Nearly everyone working in the UK is aware that there is a system in place of carrying out background checks on people who are going to be working in certain professions. This system is all about protecting the more vulnerable members of our society, such as children or adults who can’t speak up for themselves. The organisation which looks after the police checks in England and Wales is the Disclosure and Barring Service, more commonly abbreviated to DBS. A DBS check is often seen as a test of character as well as looking into your criminal past, with mentions of clean DBS checks being seen more frequently on CVs and other documents. So surely it makes sense to opt for the most detailed level of check, so you can prove to any prospective employer that you have no skeletons in the closet?


Regulated Work

Despite this commonly held belief that the most detailed level of background checking, known as the Enhanced Disclosure is the best, the fact is that it’s not up to the applicant to decide what sort of check gets done. The government has pulled together a very long list of occupations and voluntary positions and the appropriate level of checking required for each. If you’re going to be working in a school, or as a carer going into people’s homes and helping disabled people with personal care, you will require an Enhanced Disclosure. However, if you’re applying for a job as a traffic warden, medical secretary or maintenance staff in a hospital, only a Standard Disclosure is required. Employers have to stick to the law and only carry out the level of checking which is required for that particular role.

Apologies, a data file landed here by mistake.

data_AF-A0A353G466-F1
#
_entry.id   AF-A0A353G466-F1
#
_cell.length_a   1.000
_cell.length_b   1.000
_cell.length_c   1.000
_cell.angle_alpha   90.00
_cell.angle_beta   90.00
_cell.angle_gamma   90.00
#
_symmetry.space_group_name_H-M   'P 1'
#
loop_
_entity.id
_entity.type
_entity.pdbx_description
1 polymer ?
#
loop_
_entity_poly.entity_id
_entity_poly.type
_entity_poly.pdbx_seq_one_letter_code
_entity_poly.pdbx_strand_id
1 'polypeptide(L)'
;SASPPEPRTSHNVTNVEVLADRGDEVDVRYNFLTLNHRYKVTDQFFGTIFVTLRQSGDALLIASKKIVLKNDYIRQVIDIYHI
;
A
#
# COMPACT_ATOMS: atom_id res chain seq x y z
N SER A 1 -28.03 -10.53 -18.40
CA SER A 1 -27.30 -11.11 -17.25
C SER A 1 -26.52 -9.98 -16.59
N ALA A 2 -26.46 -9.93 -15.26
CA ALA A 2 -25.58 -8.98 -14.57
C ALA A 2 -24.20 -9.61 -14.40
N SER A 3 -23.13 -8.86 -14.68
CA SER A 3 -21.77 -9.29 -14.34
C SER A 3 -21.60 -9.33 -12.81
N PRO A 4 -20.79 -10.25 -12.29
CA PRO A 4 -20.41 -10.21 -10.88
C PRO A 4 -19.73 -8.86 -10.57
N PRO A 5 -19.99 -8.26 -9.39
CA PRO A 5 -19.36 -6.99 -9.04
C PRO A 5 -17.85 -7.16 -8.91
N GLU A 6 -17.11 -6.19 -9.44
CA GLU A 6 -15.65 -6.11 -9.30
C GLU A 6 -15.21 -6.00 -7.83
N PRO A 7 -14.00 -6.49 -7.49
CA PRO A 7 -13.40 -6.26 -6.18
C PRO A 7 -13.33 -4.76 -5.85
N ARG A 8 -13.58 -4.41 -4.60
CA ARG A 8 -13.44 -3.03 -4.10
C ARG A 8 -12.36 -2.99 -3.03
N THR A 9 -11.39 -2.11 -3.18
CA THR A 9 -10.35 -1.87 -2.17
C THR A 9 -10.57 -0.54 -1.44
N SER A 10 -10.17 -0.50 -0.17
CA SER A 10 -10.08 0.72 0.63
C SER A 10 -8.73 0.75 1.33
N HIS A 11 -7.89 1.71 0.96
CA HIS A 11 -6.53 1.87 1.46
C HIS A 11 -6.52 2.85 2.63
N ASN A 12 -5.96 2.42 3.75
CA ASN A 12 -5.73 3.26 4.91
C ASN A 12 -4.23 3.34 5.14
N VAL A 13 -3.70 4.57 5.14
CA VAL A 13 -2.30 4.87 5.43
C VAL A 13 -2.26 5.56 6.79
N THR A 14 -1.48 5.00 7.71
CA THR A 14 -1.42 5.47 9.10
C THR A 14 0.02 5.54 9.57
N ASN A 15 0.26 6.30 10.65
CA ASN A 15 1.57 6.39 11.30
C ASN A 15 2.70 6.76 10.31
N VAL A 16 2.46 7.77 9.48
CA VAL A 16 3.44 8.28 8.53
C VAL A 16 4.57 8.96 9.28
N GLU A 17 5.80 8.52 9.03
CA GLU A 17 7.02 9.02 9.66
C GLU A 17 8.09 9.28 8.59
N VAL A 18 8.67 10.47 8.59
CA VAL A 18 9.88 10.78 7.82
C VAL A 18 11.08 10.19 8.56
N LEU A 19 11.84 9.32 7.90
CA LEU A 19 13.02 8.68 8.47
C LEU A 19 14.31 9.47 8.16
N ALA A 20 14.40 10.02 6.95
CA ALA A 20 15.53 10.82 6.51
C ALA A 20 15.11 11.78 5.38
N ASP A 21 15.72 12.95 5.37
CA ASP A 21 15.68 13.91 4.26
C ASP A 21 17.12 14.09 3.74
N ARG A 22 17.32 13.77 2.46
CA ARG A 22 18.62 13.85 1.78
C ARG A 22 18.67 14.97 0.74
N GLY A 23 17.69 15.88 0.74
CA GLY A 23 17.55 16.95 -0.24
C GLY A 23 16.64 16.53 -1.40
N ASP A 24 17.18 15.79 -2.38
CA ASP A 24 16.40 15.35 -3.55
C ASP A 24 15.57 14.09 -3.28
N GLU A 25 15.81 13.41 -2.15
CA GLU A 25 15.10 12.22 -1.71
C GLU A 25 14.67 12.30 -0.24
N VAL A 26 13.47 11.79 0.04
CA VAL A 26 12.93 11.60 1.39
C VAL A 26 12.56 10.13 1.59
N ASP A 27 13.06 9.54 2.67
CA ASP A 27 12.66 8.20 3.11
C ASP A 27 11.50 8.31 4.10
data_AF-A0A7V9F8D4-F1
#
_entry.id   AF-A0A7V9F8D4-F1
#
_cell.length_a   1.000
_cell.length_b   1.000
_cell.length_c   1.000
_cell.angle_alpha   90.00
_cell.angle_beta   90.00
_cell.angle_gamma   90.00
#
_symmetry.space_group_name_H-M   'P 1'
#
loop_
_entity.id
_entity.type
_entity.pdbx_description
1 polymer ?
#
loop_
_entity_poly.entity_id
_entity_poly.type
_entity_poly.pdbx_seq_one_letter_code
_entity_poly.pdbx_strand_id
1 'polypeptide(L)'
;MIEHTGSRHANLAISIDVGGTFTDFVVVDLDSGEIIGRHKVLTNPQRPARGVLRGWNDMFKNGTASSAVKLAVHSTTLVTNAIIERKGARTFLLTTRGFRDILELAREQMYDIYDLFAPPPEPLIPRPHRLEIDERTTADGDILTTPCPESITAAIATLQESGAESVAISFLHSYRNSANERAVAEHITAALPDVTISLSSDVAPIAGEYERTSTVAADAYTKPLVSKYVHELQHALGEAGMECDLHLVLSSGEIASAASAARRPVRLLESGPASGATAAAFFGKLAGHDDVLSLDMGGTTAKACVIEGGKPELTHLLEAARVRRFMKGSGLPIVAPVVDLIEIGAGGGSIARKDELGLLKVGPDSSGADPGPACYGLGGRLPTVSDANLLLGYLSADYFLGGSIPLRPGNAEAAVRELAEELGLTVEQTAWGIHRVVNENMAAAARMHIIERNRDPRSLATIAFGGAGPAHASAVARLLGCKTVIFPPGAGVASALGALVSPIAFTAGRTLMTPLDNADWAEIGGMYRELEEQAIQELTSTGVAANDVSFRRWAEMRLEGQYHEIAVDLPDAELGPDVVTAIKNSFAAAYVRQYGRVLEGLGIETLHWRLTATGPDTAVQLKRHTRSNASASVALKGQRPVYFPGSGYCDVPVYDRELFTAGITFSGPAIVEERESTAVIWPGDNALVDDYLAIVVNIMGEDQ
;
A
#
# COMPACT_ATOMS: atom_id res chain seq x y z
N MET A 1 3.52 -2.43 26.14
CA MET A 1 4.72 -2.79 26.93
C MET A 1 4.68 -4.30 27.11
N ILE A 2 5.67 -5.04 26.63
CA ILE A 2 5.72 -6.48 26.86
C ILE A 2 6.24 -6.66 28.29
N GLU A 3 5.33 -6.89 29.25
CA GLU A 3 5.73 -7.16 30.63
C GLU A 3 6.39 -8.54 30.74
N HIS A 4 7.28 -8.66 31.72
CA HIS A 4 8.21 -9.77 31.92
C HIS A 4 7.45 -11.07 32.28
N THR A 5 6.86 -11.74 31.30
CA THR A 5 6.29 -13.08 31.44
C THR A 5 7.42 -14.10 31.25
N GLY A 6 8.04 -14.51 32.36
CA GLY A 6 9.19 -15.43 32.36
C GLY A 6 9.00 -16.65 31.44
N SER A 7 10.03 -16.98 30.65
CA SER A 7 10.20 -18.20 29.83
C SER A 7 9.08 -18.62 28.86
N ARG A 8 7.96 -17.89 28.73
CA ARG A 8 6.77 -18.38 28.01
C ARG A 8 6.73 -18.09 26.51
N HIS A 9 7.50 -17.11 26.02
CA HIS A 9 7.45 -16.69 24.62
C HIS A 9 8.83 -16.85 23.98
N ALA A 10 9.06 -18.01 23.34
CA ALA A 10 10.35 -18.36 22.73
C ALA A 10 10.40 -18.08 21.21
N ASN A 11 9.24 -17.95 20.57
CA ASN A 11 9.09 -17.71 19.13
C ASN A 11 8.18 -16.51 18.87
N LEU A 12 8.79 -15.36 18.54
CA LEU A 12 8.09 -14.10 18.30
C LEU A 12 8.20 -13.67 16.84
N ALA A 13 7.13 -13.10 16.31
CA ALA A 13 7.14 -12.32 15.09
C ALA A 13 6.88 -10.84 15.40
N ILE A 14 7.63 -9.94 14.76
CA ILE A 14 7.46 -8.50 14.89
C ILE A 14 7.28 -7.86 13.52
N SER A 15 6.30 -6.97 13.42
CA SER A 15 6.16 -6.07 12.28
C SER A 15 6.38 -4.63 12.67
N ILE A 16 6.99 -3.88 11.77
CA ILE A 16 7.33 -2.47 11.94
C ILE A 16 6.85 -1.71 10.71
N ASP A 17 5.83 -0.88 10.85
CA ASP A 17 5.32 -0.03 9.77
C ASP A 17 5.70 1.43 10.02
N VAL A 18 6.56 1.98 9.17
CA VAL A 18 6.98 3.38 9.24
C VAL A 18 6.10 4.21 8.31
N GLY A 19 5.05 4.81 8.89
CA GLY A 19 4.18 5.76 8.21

Different Roles, Different Checks

It’s entirely possible that one person has more than one Disclosure check for different parts of their life. Someone who works as a medical secretary in a hospital will require a Standard Check for their NHS employer. If that same person volunteers as a leader with their local Brownie pack in the evening, they will require an Enhanced Check for that purpose. Each organisation will require a separate application to be made, which can be time consuming for both the employer and the worker. There are ways around this however by registering with the DBS update service, which allows you to log on and view your DBS records online and give employers access to them too.


Why Not Give Everyone a Detailed Check?

Not everyone is given the most detailed level of check for two reasons. Firstly, it’s an invasion of privacy to ask people to disclose all aspects of their criminal past if they have nothing to do with the role under consideration. Secondly, the legal system in the UK believes that people who do have minor offences in their past should be given the chance to turn over a new leaf. Detailed checks show all convictions and cautions, however old and this may put people off from applying from any roles which they know require checking.